Hey everyone, Steph here. This is a bit of a different post than what you might be used to for us, but I wanted to take a moment to share some insights from a project I’ve recently taken on. If you follow the @meaningfulpe team on Twitter, perhaps you’ve seen our tweets about my recent success in the SSHRC Storytellers competition, where I was named a finalist and will be competing for a place in the top 5 in Vancouver, British Columbia in June. If you haven’t already seen it, take a look at my three-minute video submission here.
The competition in a nut-shell: graduate students across Canada are invited to share a short submission outlining a research project that has been funded by the Social Sciences and Humanities Research Council of Canada. While the submission can be any format you’d like (e.g. video, audio, written), it can be no more than 3 minutes or 300 words in length and must be presented in a creative format that is easily accessible and understandable by the general public (i.e. not in academic language). And let me tell you, this is not as easy as it might seem.
Last weekend I took the time to view all of the submissions from all 25 Finalists, and I wanted to share a couple things that struck me as I watched them. First, being a part of this competition and viewing the submissions from other Finalists has really opened my eyes to the potential of using diverse and creative research dissemination strategies. Journal articles and conference presentations undoubtedly have their place, but could we be more effective at sharing our research with our target audience if we go a step beyond that? I know for me at least, the answer at times is yes. A few examples from the Storytellers: writing a song that encapsulates the basis of your research project, creating a video that gives voice to the population your research is aimed at representing, or writing a poem that tells a story. Check out the 25 submissions here to see these ideas and more in action.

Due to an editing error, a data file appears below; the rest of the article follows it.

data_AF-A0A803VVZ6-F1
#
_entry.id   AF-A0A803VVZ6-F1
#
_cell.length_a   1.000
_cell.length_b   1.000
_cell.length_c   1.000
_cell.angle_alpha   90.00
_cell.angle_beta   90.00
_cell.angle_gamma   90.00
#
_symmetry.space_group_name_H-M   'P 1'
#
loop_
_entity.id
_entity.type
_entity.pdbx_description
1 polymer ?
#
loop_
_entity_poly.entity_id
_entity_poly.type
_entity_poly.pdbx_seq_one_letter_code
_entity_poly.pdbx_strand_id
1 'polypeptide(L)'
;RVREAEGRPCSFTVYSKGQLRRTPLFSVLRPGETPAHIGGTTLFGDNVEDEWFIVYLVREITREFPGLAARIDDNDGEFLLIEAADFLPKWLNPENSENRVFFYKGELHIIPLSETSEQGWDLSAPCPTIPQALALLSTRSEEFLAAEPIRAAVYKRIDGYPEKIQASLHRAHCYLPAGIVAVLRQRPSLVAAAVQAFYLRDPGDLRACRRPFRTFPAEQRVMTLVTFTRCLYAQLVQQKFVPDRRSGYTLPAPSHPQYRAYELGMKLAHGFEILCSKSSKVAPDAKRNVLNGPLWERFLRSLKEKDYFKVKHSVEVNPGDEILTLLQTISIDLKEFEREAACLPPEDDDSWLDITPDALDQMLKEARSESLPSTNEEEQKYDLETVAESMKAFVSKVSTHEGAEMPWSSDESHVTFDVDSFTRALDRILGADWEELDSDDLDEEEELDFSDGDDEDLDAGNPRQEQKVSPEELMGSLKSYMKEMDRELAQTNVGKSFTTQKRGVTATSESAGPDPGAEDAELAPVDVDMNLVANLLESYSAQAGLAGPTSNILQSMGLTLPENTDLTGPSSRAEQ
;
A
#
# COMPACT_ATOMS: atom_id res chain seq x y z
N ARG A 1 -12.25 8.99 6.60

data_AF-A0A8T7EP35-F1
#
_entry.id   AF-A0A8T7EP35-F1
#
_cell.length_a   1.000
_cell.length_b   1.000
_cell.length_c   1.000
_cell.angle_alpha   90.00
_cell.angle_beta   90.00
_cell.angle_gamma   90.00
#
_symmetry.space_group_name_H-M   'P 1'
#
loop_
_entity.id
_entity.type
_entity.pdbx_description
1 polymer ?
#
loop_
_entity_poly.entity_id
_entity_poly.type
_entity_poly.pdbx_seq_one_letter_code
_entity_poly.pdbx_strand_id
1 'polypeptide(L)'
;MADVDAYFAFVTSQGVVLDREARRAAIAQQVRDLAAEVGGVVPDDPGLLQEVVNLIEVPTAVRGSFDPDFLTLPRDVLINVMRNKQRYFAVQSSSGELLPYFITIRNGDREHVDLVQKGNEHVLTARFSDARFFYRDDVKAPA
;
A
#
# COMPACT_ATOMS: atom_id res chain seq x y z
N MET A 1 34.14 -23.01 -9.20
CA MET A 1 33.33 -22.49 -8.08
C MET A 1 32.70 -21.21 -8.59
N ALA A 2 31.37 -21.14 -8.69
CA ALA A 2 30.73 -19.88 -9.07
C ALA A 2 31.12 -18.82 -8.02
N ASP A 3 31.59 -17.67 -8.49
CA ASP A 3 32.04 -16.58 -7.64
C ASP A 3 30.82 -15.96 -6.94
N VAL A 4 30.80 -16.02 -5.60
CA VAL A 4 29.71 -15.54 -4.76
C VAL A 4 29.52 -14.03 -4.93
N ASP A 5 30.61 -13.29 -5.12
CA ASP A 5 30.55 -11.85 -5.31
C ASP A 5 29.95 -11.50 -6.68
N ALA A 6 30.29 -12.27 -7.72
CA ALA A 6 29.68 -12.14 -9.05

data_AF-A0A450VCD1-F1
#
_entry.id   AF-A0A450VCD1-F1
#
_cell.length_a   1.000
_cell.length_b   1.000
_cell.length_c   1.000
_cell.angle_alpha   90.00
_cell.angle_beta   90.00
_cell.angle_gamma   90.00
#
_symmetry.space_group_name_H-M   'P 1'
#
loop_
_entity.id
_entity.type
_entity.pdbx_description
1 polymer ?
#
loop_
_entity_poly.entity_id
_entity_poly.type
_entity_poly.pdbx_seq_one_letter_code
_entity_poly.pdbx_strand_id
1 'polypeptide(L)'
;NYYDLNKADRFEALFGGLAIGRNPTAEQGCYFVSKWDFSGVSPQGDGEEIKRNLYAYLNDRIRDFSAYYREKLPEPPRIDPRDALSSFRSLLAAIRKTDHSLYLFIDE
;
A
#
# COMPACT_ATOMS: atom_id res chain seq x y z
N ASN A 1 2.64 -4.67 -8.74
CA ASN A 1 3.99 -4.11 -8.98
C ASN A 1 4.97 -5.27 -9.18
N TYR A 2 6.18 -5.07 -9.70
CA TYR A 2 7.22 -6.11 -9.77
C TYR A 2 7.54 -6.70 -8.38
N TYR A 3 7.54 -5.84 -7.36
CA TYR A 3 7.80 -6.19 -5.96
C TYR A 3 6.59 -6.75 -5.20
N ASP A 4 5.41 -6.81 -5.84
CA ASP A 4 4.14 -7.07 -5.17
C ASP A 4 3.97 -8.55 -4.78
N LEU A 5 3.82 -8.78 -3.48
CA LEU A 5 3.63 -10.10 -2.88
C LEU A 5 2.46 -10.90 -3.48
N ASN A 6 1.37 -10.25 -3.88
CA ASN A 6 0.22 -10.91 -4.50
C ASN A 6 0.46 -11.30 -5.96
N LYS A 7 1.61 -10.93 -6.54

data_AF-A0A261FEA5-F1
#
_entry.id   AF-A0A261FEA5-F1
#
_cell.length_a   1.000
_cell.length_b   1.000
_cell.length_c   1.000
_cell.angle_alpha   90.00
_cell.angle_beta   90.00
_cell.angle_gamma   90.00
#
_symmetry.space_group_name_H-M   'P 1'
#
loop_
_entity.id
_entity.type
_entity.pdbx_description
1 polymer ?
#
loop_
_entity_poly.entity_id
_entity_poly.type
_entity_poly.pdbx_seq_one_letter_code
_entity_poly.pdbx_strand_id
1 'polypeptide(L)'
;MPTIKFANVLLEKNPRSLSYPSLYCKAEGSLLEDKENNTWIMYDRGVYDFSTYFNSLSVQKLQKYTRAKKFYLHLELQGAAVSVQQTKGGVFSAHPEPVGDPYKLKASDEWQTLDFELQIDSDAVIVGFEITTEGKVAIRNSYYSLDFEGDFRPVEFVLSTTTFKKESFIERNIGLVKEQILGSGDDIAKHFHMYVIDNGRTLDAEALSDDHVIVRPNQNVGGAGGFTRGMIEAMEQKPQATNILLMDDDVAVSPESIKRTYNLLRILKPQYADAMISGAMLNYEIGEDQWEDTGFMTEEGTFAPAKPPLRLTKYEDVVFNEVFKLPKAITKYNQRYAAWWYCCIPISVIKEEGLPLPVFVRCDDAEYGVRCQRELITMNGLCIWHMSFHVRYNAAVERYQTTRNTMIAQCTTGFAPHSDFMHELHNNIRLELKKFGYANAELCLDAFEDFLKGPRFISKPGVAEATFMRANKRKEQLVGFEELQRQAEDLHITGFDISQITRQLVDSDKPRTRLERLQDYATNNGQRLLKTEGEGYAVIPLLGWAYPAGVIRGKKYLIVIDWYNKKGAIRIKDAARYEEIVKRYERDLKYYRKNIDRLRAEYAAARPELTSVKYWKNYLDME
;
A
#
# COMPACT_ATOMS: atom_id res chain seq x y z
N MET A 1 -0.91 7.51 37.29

Second, I am amazed at how much I learned about a vast array of topics, each of which highlighted in only 300 words or 3 minutes. I had no idea how important (and valuable $$$) nightcrawlers can be, that incarcerated women in Canada are not being prepared with employment skills, that breast cancer rates are a staggering sixteen times higher for women working in areas with high pollution, or that Canadian filmmakers are starting to turn to crowd funding to be able to produce their films. Sometimes as researchers it can be very easy to get caught up in our silos and only pursue knowledge that relates to our own topic of study, but viewing my fellow finalists’ submissions made me realize the importance of broadening my horizons in this area.
Lastly, I just want to say how blown away I am by the high quality of work being produced by Canadian graduate students on a diverse range of topics. I may be biased, but I think we’re pretty amazing. The 25 Finalists will be facing off at the Storytellers Showcase on June 3 at 9 am, Pacific time. The Showcase will be live streamed on Facebook via the Social Sciences and Humanities Research Council of Canada (SSHRC) Facebook Page. If you’re in a time zone that has you up at that hour, check out our world-changing research! See you in Vancouver, Storytellers!